Issue 242 of SOCIALIST REVIEW Published June 2000 Copyright © Socialist Review
The election of three Green Party members to the Greater London Assembly was a powerful expression of the capital's frustration and disgust with Tony Blair. The party fought the election on one of its most left wing manifestos, condemning privatisation, racism, sexism, and the growing gap between rich and poor, as well as pollution and the environment.
Ken Livingstone, who called for a Green vote in the London-wide list and hinted that he might make Darren Johnson, the Green candidate for mayor, his deputy, gave them a tremendous lift. 'I recommend voting for the Green Party in the London-wide list to make sure that protection of the environment is systematically pursued across all fields of the GLA's work,' he said. 'A strong Green contingent in the assembly is vital to clean up London.'
When the votes were counted the Greens could boast 2.2 percent of first preference votes for the mayor and 13.6 percent of the second preferences. In the constituency section of the assembly they polled 10.2 percent and 11.2 percent in the London members top-up vote.
For Livingstone a call to vote Green served two purposes. It offered him the prospect of a counterweight to Blair's cronies on the New Labour slate, and it allowed him to sound radical without endorsing socialist candidates. As a result, in areas like Lambeth & Southwark and the North East constituency, where the London Socialist Alliance had considerable organisation on the ground, the Green vote was twice that of the LSA and the combined vote to the left of Labour topped 20 percent.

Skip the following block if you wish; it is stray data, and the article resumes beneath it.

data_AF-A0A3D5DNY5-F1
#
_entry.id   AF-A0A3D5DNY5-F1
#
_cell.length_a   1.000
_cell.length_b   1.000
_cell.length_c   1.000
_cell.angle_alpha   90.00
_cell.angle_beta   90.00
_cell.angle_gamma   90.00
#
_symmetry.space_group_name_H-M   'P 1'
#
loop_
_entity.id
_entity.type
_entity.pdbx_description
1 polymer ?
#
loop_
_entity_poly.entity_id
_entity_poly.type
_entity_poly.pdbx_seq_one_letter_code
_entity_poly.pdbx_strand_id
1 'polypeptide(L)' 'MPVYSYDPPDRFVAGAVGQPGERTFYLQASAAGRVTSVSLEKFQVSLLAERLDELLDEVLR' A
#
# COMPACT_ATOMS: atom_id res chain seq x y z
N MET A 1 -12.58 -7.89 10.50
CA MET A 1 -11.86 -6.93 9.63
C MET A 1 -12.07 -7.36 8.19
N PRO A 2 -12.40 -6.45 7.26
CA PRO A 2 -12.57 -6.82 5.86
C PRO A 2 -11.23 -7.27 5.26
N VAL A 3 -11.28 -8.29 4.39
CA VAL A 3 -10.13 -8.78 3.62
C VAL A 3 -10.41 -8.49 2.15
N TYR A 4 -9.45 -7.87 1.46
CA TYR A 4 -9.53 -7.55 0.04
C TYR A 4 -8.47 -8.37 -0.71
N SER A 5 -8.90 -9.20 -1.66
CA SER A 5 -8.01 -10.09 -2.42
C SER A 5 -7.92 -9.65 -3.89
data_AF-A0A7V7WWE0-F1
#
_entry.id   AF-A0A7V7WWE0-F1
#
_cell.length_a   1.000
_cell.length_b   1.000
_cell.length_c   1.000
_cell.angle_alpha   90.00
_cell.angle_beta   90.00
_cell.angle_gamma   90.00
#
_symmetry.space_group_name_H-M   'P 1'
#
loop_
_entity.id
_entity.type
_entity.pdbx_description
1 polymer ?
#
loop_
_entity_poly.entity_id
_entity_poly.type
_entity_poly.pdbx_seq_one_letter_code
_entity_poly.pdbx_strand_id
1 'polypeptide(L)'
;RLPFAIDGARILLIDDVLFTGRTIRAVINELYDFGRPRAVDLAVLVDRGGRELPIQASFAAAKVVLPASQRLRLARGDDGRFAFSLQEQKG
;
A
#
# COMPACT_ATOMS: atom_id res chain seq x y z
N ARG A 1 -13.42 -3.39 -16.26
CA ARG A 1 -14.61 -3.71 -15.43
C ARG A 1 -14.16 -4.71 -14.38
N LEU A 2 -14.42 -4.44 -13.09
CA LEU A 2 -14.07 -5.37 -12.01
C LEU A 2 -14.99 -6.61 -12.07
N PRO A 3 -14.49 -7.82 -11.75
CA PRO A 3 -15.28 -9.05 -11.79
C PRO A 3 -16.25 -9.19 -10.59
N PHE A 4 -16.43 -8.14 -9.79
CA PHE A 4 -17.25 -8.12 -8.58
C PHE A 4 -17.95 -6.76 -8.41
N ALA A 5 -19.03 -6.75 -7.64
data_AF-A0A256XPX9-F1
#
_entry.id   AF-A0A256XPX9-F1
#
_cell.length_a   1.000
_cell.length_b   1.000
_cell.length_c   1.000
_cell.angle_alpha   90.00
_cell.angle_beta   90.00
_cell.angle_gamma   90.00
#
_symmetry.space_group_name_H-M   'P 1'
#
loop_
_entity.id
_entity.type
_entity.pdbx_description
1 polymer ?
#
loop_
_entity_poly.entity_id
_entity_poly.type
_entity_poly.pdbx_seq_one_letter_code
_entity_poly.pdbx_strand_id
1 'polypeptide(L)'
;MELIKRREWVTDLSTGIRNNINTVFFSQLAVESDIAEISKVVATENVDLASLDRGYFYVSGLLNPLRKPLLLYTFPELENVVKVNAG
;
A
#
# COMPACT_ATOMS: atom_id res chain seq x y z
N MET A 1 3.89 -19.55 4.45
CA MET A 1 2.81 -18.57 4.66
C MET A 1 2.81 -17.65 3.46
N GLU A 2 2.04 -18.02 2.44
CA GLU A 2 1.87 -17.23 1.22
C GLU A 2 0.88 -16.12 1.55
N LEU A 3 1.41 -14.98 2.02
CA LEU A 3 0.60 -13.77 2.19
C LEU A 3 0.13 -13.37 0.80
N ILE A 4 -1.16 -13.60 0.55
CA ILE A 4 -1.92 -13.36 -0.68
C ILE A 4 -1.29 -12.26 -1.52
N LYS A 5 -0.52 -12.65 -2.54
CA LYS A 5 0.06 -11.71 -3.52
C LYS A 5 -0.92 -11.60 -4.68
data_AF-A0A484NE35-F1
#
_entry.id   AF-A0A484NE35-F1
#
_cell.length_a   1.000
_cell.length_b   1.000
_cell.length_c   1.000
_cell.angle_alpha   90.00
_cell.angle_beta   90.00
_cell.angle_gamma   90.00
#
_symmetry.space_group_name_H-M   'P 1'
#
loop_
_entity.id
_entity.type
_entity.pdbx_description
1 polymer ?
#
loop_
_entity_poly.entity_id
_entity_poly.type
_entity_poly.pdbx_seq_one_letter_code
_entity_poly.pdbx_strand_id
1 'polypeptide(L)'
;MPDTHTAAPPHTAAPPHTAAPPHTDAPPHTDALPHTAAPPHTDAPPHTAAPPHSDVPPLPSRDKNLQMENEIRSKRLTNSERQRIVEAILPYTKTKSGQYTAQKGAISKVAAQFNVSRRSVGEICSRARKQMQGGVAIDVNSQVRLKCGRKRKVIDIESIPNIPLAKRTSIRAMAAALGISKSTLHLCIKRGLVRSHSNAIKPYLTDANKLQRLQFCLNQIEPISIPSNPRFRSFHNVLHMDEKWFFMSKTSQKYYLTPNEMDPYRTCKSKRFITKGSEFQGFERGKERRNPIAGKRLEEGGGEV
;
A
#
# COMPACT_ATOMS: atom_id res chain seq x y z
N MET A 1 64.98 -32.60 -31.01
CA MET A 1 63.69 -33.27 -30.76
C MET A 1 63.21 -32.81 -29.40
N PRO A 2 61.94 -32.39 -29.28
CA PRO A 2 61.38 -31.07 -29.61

Where the LSA had less supporters on the ground, the Greens managed to poll up to four times as much as socialist candidates and the combined left vote was around 10 percent of the electorate.
Now the campaign is over, the Greens face a key test--what do they do in office? Will they meet the hopes of their electorate or will they, like their counterparts across Europe, find themselves absorbed into the blotting paper of government?
Many Green Party activists have already had a sharp lesson in post-election political reality when they saw Livingstone prefer Labour millionaire Nicky Gavron to Darren Johnson as his deputy. Johnson was awarded the environment portfolio in Livingstone's cabinet, but the test of the Greens will be if they fight the appalling racist scapegoating of refugees and help prevent the privatisation of London Underground. There is no doubt that many Green voters can be won to such a fight in the coming months.